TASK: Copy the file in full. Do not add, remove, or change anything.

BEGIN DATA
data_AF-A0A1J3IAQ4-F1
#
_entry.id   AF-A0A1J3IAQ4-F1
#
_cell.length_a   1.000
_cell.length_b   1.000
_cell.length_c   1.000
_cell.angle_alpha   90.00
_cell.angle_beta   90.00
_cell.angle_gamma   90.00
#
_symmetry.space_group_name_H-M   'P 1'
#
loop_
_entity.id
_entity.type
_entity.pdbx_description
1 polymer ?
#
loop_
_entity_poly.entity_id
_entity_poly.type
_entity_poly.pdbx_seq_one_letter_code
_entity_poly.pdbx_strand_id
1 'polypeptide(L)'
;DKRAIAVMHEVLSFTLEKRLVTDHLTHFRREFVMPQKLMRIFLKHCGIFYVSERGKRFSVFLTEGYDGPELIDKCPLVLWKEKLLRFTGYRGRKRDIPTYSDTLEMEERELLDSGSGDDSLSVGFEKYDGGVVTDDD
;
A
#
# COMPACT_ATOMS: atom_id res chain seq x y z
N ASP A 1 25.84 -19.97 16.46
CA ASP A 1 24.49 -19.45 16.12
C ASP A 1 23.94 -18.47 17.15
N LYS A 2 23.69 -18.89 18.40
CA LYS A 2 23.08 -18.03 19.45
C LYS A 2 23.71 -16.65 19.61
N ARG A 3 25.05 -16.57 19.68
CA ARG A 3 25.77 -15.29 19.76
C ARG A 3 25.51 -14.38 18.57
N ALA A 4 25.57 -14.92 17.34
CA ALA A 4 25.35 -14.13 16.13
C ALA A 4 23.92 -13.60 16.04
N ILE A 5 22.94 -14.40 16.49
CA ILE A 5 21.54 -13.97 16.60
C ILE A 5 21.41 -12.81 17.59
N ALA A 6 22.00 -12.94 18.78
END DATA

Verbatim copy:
data_AF-A0A1J3IAQ4-F1
#
_entry.id   AF-A0A1J3IAQ4-F1
#
_cell.length_a   1.000
_cell.length_b   1.000
_cell.length_c   1.000
_cell.angle_alpha   90.00
_cell.angle_beta   90.00
_cell.angle_gamma   90.00
#
_symmetry.space_group_name_H-M   'P 1'
#
loop_
_entity.id
_entity.type
_entity.pdbx_description
1 polymer ?
#
loop_
_entity_poly.entity_id
_entity_poly.type
_entity_poly.pdbx_seq_one_letter_code
_entity_poly.pdbx_strand_id
1 'polypeptide(L)'
;DKRAIAVMHEVLSFTLEKRLVTDHLTHFRREFVMPQKLMRIFLKHCGIFYVSERGKRFSVFLTEGYDGPELIDKCPLVLWKEKLLRFTGYRGRKRDIPTYSDTLEMEERELLDSGSGDDSLSVGFEKYDGGVVTDDD
;
A
#
# COMPACT_ATOMS: atom_id res chain seq x y z
N ASP A 1 25.84 -19.97 16.46
CA ASP A 1 24.49 -19.45 16.12
C ASP A 1 23.94 -18.47 17.15
N LYS A 2 23.69 -18.89 18.40
CA LYS A 2 23.08 -18.03 19.45
C LYS A 2 23.71 -16.65 19.61
N ARG A 3 25.05 -16.57 19.68
CA ARG A 3 25.77 -15.29 19.76
C ARG A 3 25.51 -14.38 18.57
N ALA A 4 25.57 -14.92 17.34
CA ALA A 4 25.35 -14.13 16.13
C ALA A 4 23.92 -13.60 16.04
N ILE A 5 22.94 -14.40 16.49
CA ILE A 5 21.54 -13.97 16.60
C ILE A 5 21.41 -12.81 17.59
N ALA A 6 22.00 -12.94 18.78